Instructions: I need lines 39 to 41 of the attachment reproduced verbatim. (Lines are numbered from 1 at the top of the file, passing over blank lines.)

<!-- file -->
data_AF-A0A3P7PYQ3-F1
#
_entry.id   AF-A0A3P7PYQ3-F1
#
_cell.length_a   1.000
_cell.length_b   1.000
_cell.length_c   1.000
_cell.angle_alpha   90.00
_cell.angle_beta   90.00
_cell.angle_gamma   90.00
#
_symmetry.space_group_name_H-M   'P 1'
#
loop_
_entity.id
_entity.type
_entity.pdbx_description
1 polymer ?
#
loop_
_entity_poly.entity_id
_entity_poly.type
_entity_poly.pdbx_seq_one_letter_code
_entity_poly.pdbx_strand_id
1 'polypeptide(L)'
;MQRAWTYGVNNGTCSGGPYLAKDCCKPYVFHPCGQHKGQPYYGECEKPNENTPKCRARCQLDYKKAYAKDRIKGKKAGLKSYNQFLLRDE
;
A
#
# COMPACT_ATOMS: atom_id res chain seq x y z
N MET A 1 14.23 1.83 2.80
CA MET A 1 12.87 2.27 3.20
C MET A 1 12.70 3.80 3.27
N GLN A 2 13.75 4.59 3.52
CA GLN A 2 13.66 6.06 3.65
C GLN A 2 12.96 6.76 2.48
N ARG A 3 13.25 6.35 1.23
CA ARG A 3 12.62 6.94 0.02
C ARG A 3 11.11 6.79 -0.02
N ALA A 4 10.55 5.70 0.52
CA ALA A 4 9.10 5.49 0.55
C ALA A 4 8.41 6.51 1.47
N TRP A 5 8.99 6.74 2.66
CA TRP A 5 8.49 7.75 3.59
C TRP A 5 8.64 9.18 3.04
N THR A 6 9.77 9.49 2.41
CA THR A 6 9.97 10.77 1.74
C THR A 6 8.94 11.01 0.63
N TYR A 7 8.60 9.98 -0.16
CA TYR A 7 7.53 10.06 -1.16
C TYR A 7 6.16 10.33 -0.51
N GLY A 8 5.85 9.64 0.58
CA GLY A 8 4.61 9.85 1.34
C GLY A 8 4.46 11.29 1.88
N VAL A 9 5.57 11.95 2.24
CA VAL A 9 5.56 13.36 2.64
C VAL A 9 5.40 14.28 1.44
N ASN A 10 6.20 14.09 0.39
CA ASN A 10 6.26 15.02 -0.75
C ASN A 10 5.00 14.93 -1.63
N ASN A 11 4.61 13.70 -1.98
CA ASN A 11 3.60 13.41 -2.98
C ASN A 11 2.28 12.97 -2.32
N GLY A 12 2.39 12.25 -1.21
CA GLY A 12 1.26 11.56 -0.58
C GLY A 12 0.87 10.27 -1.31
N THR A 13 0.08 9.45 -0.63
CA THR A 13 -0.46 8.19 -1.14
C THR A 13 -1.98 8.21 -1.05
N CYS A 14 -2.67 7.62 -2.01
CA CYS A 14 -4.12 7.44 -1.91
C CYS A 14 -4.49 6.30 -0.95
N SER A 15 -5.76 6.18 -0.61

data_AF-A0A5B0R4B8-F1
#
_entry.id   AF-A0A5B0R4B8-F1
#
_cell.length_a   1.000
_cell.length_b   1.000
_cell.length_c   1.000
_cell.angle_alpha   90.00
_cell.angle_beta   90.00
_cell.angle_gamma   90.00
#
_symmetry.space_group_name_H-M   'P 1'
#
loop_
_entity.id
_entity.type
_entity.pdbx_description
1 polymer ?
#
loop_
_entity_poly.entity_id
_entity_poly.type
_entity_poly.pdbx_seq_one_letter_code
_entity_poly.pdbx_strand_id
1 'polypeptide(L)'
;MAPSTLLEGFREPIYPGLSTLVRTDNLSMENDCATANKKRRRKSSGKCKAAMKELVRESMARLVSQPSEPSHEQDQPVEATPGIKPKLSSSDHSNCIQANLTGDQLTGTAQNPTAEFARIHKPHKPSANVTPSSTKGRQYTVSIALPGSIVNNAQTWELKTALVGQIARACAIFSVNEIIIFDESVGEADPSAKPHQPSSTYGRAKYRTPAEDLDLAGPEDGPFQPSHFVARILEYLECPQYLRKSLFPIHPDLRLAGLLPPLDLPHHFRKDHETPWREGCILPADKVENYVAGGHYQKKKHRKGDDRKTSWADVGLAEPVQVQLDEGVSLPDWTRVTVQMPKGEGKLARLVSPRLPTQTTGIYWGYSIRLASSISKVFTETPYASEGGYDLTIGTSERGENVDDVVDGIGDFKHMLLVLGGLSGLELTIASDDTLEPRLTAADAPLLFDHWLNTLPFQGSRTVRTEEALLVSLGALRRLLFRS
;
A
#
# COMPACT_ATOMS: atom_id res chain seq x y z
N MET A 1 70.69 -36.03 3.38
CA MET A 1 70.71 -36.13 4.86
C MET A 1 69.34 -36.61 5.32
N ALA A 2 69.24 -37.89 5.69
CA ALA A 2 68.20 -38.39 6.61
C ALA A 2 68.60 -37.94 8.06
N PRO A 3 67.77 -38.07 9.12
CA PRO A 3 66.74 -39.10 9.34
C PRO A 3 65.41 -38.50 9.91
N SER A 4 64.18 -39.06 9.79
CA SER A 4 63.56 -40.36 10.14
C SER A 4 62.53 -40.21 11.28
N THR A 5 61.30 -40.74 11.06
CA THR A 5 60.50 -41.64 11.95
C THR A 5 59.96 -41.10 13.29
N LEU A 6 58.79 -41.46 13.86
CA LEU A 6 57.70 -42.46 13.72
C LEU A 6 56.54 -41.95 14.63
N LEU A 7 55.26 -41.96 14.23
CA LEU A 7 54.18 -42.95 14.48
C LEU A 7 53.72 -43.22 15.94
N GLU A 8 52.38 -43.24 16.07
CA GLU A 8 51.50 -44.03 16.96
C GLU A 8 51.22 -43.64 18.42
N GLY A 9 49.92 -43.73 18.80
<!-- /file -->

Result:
C ARG A 3 11.11 6.79 -0.02
N ALA A 4 10.55 5.70 0.52
CA ALA A 4 9.10 5.49 0.55